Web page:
Who Do We Come To H(a)unt

Marcio Carvalho

In a time where statues and monuments are toppling globally, Who Do We Come to H(a)unt offers a timely opportunity for alternative stories to be drawn and told, and where old hegemonic histories can be re-customized. This is an interactive art project that uses drawing to disrupt the memorial culture advertised by statues, monuments and memorials of colonial and imperial rulers still standing today in many cities around the globe. Márcio Carvalho is an artist and a contemporary art curator whose projects are primarily focused on collective technologies and practices of remembering, and how they influence individual and group memory of past events. His work examines public life and archives, autobiographical memory, and collective memory, with a focus on acts of remembering and their biological, cultural and social influences.

 

Presented as part of Creativate Digital Arts Festival.

ABOUT THE ARTISTS

Márcio Carvalho is an artist and a contemporary art curator whose projects are primarily focused on collective technologies and practices of remembering, and how they influence individual and group memory of past events.

His work examines public life and archives, autobiographical memory and collective memory, with a focus on acts of remembering and their biological, cultural and social influences. He uses performance art as a process-based practice and a tool to examine representational memories that are embedded in different urban and private settings. He translates the latter processes into works of film, drawing and photography, in an attempt to interrupt the ways hegemonic narratives create an idea and experience of the past, leading people to remember specific events and forgetting others, acknowledging the existence of western technologies of knowledge and shuttering other forms of knowing, specially those embodied.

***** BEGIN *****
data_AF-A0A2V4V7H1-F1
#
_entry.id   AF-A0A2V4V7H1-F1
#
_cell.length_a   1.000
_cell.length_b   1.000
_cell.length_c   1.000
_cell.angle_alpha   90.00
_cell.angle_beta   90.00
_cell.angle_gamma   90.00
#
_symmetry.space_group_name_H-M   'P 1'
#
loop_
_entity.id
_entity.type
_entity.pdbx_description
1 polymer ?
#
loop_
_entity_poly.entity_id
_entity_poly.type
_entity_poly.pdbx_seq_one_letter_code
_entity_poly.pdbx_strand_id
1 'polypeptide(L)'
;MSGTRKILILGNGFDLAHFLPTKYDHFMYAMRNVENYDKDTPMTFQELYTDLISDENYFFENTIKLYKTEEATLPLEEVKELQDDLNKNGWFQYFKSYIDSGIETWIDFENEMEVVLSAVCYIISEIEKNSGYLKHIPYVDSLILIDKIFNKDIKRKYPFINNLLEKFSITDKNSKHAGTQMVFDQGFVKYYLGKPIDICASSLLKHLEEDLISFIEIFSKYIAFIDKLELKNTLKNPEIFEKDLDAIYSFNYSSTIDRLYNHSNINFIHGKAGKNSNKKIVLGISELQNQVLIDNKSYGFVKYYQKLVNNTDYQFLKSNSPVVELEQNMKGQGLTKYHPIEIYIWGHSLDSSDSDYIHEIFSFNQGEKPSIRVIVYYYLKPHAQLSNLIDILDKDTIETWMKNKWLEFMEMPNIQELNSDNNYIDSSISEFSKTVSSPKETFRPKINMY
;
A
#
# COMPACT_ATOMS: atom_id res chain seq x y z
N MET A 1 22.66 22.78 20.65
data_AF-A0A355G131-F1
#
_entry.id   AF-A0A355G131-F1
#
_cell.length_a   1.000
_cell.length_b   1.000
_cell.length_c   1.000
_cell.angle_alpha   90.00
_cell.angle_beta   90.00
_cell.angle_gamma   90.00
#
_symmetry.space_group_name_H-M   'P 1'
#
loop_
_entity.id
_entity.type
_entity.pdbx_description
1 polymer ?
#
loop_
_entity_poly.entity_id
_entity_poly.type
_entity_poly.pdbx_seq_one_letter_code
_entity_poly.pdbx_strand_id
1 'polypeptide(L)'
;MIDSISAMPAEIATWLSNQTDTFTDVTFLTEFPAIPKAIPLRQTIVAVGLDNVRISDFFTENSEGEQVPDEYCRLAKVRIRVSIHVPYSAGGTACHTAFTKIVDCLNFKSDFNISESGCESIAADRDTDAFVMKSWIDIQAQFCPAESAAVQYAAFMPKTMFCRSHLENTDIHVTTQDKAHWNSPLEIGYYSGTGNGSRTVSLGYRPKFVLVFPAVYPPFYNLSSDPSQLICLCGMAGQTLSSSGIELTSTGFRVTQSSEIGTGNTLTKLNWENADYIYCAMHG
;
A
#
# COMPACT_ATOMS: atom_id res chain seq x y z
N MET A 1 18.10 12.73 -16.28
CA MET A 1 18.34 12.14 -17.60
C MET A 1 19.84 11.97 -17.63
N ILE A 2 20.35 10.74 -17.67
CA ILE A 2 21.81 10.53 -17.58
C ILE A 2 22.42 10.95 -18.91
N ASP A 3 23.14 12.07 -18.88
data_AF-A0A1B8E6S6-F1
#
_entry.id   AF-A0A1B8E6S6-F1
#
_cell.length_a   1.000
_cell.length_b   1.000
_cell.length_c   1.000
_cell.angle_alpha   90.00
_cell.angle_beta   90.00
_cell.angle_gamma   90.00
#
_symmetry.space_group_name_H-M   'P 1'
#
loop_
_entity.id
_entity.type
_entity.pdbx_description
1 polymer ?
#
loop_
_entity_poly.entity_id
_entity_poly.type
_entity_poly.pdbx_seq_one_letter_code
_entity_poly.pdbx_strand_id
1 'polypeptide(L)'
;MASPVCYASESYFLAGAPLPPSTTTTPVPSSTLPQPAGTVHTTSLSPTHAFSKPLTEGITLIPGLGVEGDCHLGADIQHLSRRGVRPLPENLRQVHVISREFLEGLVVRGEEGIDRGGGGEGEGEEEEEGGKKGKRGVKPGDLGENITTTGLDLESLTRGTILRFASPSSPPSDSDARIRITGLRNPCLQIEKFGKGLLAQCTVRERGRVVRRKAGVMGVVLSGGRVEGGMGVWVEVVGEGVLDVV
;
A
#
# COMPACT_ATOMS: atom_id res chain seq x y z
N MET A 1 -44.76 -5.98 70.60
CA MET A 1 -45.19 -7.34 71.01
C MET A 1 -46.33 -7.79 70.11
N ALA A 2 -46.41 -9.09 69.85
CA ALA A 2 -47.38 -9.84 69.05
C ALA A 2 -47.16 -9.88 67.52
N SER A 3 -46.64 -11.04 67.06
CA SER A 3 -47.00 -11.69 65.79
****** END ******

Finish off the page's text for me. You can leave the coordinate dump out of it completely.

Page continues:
Carvalho holds a Master degree in performing arts from HZT/ UDK Berlin and a Master degree in Visual Arts from ESAD, Caldas da Rainha, Portugal. He showcase his work and collaborated with communities in five continents.